Shipwreck snorkeling – Florida Keys Marine Sanctuary

Snorkeling in amazing coral gardens, with rare creatures, is absolutely a great thing, but shipwreck snorkeling gives you different feeling. A bit of history, a bit of engineering, wrecks have a special atmosphere.

Some people fall in love at first sight with underwater wrecks, others do not like them, they fear or just find them weird. It is up to you, we say try one-time shipwreck snorkeling and then decide 🙂

Benwood Shipwreck snorkeling

A perfect place for this adventure is Florida Keys. Here in the crystal clear water, you could spend many days with snorkeling ( this is the only living coral ecosystem in America, the third largest reef in the world ) and if you want you can book a shipwreck snorkeling tour!

North America Wreck

It is a common problem with wrecks that usually they are too deep, therefore most of them are for divers. But here you have luck, most wrecks lie in shallow water and are visible from the surface!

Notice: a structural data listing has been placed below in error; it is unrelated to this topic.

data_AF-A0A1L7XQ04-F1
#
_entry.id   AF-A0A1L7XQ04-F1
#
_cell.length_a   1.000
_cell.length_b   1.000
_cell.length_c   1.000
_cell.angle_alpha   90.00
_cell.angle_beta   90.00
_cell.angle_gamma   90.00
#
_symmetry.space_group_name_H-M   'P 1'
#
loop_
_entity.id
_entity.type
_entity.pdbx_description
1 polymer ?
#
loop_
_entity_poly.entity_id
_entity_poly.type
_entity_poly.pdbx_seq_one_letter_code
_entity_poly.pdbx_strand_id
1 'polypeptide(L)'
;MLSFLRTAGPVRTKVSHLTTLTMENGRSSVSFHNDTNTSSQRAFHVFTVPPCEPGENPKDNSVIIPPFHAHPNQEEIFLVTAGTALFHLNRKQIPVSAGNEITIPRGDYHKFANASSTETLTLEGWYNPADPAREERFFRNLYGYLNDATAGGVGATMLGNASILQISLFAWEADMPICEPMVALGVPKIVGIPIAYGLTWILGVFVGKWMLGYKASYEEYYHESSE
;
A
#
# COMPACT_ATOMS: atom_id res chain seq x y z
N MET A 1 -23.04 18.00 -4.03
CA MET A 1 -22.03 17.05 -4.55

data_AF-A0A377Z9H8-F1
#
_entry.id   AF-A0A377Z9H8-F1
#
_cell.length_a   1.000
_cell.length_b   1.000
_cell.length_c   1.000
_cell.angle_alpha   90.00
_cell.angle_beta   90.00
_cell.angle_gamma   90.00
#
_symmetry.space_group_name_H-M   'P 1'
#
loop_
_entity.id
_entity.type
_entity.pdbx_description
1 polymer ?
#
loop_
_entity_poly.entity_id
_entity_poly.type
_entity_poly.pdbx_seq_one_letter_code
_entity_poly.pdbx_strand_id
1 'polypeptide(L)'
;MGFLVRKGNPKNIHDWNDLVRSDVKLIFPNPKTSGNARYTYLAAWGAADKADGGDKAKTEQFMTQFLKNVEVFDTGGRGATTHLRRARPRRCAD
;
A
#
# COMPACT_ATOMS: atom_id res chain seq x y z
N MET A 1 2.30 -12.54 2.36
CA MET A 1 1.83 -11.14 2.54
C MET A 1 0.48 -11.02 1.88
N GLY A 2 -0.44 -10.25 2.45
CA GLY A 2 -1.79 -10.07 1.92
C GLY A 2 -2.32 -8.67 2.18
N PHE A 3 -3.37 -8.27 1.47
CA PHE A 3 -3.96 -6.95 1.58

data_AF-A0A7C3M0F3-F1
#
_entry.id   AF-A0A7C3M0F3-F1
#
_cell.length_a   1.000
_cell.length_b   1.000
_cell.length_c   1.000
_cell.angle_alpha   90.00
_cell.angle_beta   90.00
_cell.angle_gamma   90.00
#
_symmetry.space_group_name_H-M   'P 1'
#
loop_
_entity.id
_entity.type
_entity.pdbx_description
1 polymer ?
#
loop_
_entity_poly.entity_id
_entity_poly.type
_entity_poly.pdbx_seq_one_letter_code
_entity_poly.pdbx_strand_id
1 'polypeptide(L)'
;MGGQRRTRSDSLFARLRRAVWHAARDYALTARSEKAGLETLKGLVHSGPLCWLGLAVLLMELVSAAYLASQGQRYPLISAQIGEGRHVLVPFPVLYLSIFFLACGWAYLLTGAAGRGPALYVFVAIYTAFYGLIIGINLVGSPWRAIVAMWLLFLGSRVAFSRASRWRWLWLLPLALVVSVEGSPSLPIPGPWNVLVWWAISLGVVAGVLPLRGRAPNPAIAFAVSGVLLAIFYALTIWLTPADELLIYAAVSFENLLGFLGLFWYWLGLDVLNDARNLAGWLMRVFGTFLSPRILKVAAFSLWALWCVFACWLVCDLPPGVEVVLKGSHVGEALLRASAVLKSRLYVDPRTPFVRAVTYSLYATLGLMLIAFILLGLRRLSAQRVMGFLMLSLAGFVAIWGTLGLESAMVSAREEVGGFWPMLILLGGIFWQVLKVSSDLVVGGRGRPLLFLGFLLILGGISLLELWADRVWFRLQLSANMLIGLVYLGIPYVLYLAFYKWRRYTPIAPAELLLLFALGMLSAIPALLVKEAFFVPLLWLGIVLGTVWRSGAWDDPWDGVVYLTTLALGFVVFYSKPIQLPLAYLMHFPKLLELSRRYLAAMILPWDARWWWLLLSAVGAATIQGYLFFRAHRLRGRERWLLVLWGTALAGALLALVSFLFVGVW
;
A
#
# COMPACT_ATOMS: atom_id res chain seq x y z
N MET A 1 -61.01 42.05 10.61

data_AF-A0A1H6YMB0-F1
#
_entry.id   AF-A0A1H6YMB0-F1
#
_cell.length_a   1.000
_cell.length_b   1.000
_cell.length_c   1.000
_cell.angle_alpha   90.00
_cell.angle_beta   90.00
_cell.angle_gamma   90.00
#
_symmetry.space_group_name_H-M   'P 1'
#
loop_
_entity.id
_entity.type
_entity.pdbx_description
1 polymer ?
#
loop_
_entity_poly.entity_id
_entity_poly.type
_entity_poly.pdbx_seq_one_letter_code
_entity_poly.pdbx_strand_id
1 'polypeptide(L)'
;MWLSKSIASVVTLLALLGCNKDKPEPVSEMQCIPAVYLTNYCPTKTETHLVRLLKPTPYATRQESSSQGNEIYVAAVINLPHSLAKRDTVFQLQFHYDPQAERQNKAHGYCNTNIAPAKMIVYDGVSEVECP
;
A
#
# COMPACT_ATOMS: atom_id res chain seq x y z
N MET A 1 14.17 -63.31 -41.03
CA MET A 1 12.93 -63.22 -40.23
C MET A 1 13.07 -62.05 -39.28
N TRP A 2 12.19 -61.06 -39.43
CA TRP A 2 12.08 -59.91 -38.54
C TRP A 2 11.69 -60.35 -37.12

In the Florida Keys National Marine Sanctuary there is Shipwreck Trail with 9 wrecks. 5 of the 9 wrecks are in 25 feet of water or less offer perfect snorkeling opportunities.

City of Washington wreck

The 5 best shipwreck snorkeling spots Florida Keys

  • Adelaide Baker
  • The City of Washington
  • The North America
  • The San Pedro
  • Benwood

The first four ships lie on 25 feet or less, they broke up long time ago, their areas are basically wreckage fields. The fifth, The Benwood is in a very good condition, most intact of these five ships. It is a bit deeper ( 25-40 feet ) but if the conditions are good and the water is enough clear, it is also visible from the surface.

Adelaide Baker wreck
Adelaide Baker


In the sanctuary the visibility is 40-50 feet, the water is warm enough year round, the main season begins in May and ends in September.

The San Pedro
San Pedro

You can book wreck snorkeling tours by local operators or rent a private boat and make a unique adventure!

Anett Szaszi

Anett fell in love with the ocean immediately when she put her head underwater in the Red Sea back in 2010. Discovering megacities is not her style but getting lost in tiny coastal villages, capturing the beauty of the sea while snorkeling. Wherever she goes, she takes her mask, fins and underwater camera with her. She has a big interest in exploring the world’s last hidden underwater paradises and marine conservation. She hopes to inspire people to protect our oceans by sharing her underwater stories. Find her photos on @anett.szaszi Instagram too!

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